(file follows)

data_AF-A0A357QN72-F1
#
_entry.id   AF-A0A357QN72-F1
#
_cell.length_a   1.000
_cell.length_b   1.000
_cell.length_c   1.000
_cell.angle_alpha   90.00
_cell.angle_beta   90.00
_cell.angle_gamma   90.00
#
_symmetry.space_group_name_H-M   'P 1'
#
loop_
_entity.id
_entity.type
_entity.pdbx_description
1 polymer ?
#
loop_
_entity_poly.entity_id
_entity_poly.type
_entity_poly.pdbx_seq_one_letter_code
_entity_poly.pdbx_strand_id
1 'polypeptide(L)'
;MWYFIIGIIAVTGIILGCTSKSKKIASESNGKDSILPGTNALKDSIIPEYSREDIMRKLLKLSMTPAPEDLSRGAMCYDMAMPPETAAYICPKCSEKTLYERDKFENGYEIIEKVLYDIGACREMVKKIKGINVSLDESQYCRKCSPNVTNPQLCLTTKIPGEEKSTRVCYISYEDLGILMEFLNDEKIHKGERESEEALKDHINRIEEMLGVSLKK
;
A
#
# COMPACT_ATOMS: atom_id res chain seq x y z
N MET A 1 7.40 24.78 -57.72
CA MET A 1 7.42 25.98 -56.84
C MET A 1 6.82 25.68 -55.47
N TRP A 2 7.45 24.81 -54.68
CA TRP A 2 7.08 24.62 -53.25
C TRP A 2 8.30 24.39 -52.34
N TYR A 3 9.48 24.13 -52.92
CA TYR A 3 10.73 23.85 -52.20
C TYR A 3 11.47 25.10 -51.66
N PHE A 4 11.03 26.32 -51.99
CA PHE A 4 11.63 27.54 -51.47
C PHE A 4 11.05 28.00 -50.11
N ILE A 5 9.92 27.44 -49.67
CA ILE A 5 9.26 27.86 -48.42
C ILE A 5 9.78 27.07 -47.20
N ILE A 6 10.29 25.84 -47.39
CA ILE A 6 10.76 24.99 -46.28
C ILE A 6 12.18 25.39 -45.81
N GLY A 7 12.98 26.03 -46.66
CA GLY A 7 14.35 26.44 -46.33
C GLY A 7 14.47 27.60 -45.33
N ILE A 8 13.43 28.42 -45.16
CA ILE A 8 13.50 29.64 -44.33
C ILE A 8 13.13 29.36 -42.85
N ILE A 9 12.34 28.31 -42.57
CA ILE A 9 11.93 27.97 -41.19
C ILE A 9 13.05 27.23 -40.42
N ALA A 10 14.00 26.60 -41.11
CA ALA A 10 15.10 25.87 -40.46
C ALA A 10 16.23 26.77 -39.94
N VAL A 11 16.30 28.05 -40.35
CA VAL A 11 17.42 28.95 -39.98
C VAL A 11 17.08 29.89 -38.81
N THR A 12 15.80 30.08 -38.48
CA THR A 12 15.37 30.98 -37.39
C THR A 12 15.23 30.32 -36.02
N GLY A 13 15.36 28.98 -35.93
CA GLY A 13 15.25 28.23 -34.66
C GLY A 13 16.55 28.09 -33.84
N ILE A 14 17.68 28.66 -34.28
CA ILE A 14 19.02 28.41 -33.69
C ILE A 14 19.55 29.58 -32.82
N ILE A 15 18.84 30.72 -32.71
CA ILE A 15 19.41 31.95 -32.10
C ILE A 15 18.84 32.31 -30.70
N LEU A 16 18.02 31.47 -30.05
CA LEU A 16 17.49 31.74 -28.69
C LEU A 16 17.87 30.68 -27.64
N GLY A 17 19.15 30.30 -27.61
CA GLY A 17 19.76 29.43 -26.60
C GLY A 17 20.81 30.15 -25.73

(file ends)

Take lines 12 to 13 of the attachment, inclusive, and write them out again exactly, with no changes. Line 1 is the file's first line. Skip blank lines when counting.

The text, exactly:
_symmetry.space_group_name_H-M   'P 1'
#